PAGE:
Re: PGA increasing continuously

From: Tim Gorman <>
Date: Fri, 4 Dec 2020 14:03:54 -0800
Message-ID: <>

With Oracle Support absolving the code of errors, they have assumed responsibility for a memory leak within the RDBMS, JRE, or OS.  Hope they track it down!

On 12/4/2020 12:22 PM, Purav Chovatia wrote:
> I agree. But since I am not a Java developer, so with my limited
> knowledge I verified and the rest I trust them.
> They are closing the RseultSet. They are not closing the statement (it
> is a prepared statement) and I guess that is right because it is to be
> executed repeatedly.
> Ofcourse, the connection too is not closed except when the application
> is stopped.
> We opened another SR with Oracle JDBC team and they said the code is
> ok. I dont mind sharing the code here.
> Thanks
> On Sat, 5 Dec 2020 at 01:39, Tim Gorman <
> <>> wrote:
> It isn't necessary to incur an "exceeded OPEN_CURSORS" error to
> experience a memory leak due to the memory held by unclosed
> explicit cursors.  I agree that no occurrences of the error make
> that particular cause less likely, but the point is that...
> Bad programming hygiene is the root cause of memory leaks. Any
> programmer lazy enough not to bother de-allocating
> dynamically-allocated memory structures (such as cursors or
> arrays) is more prone to blame leaks on the database platform,
> JRE, or operating system, which have millions of hours of
> regression testing against memory leaks.  It is certainly possible
> that there is indeed an undetected memory leak still lurking
> within the RDBMS, JRE, or OS, but the most likely probability is
> simply poor hygiene within the programmer's own coding.
> Request they provide proof that they have combed their code for
> memory leaks; this is a far more reasonable request than them
> requesting from you proof that the RDBMS, JRE, or OS doesn't have
> memory leaks.  Lint filters are available to automate this.  Just
> because application code did not previously fail due to memory
> leaks does not mean a leak did not exist, but rather that there
> wasn't enough data to be trigger detection.
> On 12/4/2020 8:28 AM, Purav Chovatia wrote:
>> Yes, according to the developers.
>> But just in case they werent, it should have shown as open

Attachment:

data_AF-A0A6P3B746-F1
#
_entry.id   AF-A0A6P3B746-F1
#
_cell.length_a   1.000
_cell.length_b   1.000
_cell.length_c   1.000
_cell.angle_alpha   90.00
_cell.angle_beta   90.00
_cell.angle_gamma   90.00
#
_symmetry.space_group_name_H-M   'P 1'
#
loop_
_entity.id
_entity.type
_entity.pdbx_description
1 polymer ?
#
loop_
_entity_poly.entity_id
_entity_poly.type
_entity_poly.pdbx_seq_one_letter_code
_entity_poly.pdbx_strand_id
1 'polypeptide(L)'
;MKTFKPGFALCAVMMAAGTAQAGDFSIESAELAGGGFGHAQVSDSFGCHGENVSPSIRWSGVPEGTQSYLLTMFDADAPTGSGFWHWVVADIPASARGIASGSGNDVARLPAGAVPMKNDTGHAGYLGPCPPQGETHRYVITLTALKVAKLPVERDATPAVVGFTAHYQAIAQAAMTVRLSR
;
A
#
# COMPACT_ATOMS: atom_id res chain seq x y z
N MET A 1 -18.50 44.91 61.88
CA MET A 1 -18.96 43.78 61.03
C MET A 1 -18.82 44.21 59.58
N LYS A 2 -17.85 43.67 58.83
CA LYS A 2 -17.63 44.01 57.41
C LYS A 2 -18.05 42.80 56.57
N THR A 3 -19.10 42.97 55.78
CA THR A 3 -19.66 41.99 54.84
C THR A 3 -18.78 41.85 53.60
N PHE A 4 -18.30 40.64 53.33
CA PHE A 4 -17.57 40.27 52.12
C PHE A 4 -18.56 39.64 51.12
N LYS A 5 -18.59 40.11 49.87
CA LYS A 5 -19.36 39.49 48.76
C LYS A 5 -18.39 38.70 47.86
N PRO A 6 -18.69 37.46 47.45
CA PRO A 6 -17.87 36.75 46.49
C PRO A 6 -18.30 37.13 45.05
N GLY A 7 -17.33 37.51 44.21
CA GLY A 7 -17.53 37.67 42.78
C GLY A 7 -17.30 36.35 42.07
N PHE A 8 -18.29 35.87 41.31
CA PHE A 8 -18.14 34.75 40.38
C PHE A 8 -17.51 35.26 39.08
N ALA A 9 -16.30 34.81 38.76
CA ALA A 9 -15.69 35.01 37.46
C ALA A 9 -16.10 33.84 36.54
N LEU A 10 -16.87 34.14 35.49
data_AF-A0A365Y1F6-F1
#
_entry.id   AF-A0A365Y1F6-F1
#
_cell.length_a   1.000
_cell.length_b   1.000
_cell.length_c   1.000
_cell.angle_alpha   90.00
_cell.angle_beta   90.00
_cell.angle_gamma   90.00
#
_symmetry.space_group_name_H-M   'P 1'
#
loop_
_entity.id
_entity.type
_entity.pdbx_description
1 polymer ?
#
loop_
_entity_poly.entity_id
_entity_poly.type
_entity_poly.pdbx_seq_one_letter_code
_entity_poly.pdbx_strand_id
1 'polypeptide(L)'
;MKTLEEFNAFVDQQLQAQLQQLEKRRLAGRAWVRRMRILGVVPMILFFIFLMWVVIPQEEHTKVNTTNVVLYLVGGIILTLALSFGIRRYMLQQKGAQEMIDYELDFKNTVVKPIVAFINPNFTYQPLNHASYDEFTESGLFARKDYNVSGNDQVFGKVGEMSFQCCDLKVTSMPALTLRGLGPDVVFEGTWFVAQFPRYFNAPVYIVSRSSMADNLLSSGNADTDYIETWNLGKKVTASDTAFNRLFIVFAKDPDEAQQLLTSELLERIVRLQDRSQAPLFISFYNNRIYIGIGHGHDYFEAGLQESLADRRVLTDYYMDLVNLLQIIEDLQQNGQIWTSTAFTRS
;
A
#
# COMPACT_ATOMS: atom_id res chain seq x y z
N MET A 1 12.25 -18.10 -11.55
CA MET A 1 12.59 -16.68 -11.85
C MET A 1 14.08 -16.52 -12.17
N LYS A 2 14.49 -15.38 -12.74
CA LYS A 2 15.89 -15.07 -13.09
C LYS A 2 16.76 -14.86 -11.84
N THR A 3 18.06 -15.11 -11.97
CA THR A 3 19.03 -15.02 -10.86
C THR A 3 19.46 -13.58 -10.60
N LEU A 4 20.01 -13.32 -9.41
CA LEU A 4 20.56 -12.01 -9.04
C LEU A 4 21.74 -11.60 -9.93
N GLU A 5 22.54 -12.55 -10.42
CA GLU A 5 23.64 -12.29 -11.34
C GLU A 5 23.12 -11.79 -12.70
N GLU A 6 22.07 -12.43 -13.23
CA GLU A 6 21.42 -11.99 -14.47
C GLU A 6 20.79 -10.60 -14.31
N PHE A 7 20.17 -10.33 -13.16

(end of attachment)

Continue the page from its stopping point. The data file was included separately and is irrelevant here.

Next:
>> cursors, isnt it? And we are not getting any errors around
>> cursors neither are we seeing high count of open cursors.
>> On Fri, 4 Dec 2020 at 9:49 PM, Tim Gorman <
>> <>> wrote:
>> Are they closing cursors?
>> Hello Experts,
>> Need some help desperately.
>> We have an application that is doing a StoredProc call
>> and a SQL call from a Standalone Java App which uses the
>> Thin driver.
>> The StoredProc does an UPDATE with a WHERE clause on the
>> single column Primary Key.
>> If the SQL%ROWCOUNT=0 then it will do an INSERT.
>> The SQL does a select on the table with a WHERE clause on
>> the Primary Key.
>> No joins. No CLOB/BLOB/LOB. No XML. Prepared Statements
>> used. Only thing that stands out is that the table has
>> 100+ columns.
>> PGA goes on increasing and hence free memory on DB server
>> goes on decreasing.
>> Problem originally started with ojdbc7.jar from
>> We tried the ojdbc7.jar from and the problem
>> worsens.
>> Problem persists with ojdbc6.jar from 11.2.
>> With ojdbc6.jar problem does not reproduce.
>> Problem persists with DB, Problem
>> persists on DB server on Linux as well on Solaris.
>> On DB server, we dont see any open cursor problem. No
>> error on App side or on DB side except ORA-04036 in case
>> of 12c because it will cap PGA with pga_aggregate_limit.
>> We dug on PGA front and identified that subheap
>> kxs-heap-p is where the memory is used. But cannot
>> understand what does that mean?
>> Would appreciate any ideas.
>> It was a shock to realize that there is no way beyond
>> identifying the subheap! Developers are ready to fix the
>> issue but they have been requesting to tell what is to be
>> fixed. Is there no way to identify what is eating up the PGA?
>> Thank you.

Received on Fri Dec 04 2020 - 23:03:54 CET

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